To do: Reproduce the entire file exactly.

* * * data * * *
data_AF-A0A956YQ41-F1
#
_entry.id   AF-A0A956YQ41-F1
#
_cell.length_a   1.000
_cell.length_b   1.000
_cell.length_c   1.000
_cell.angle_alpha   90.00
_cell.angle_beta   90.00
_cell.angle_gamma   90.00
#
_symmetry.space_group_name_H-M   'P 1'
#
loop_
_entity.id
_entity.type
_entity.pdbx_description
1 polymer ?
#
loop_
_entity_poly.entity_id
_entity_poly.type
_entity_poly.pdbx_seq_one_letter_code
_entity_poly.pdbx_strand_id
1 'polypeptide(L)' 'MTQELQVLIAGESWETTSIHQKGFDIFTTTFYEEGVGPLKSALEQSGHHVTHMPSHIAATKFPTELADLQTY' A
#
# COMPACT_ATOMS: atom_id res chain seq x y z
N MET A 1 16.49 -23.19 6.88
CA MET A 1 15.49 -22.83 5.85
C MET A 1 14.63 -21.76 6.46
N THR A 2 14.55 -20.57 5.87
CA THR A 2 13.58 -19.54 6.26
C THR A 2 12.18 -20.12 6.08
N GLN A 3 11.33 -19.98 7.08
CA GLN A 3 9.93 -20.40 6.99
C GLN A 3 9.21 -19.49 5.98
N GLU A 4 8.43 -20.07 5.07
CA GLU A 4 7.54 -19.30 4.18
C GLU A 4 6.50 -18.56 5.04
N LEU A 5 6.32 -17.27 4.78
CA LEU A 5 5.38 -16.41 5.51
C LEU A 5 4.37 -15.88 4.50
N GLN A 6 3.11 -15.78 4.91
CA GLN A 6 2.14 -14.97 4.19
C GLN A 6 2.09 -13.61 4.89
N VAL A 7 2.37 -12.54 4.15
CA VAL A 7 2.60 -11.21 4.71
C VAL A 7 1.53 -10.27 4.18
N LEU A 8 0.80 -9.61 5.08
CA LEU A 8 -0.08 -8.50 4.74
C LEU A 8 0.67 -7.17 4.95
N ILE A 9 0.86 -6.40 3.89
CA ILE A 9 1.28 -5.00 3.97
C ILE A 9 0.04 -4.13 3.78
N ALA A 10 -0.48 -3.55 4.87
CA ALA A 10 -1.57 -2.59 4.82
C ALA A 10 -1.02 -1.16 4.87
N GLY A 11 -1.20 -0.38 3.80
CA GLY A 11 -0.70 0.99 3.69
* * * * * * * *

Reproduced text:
data_AF-A0A956YQ41-F1
#
_entry.id   AF-A0A956YQ41-F1
#
_cell.length_a   1.000
_cell.length_b   1.000
_cell.length_c   1.000
_cell.angle_alpha   90.00
_cell.angle_beta   90.00
_cell.angle_gamma   90.00
#
_symmetry.space_group_name_H-M   'P 1'
#
loop_
_entity.id
_entity.type
_entity.pdbx_description
1 polymer ?
#
loop_
_entity_poly.entity_id
_entity_poly.type
_entity_poly.pdbx_seq_one_letter_code
_entity_poly.pdbx_strand_id
1 'polypeptide(L)' 'MTQELQVLIAGESWETTSIHQKGFDIFTTTFYEEGVGPLKSALEQSGHHVTHMPSHIAATKFPTELADLQTY' A
#
# COMPACT_ATOMS: atom_id res chain seq x y z
N MET A 1 16.49 -23.19 6.88
CA MET A 1 15.49 -22.83 5.85
C MET A 1 14.63 -21.76 6.46
N THR A 2 14.55 -20.57 5.87
CA THR A 2 13.58 -19.54 6.26
C THR A 2 12.18 -20.12 6.08
N GLN A 3 11.33 -19.98 7.08
CA GLN A 3 9.93 -20.40 6.99
C GLN A 3 9.21 -19.49 5.98
N GLU A 4 8.43 -20.07 5.07
CA GLU A 4 7.54 -19.30 4.18
C GLU A 4 6.50 -18.56 5.04
N LEU A 5 6.32 -17.27 4.78
CA LEU A 5 5.38 -16.41 5.51
C LEU A 5 4.37 -15.88 4.50
N GLN A 6 3.11 -15.78 4.91
CA GLN A 6 2.14 -14.97 4.19
C GLN A 6 2.09 -13.61 4.89
N VAL A 7 2.37 -12.54 4.15
CA VAL A 7 2.60 -11.21 4.71
C VAL A 7 1.53 -10.27 4.18
N LEU A 8 0.80 -9.61 5.08
CA LEU A 8 -0.08 -8.50 4.74
C LEU A 8 0.67 -7.17 4.95
N ILE A 9 0.86 -6.40 3.89
CA ILE A 9 1.28 -5.00 3.97
C ILE A 9 0.04 -4.13 3.78
N ALA A 10 -0.48 -3.55 4.87
CA ALA A 10 -1.57 -2.59 4.82
C ALA A 10 -1.02 -1.16 4.87
N GLY A 11 -1.20 -0.38 3.80
CA GLY A 11 -0.70 0.99 3.69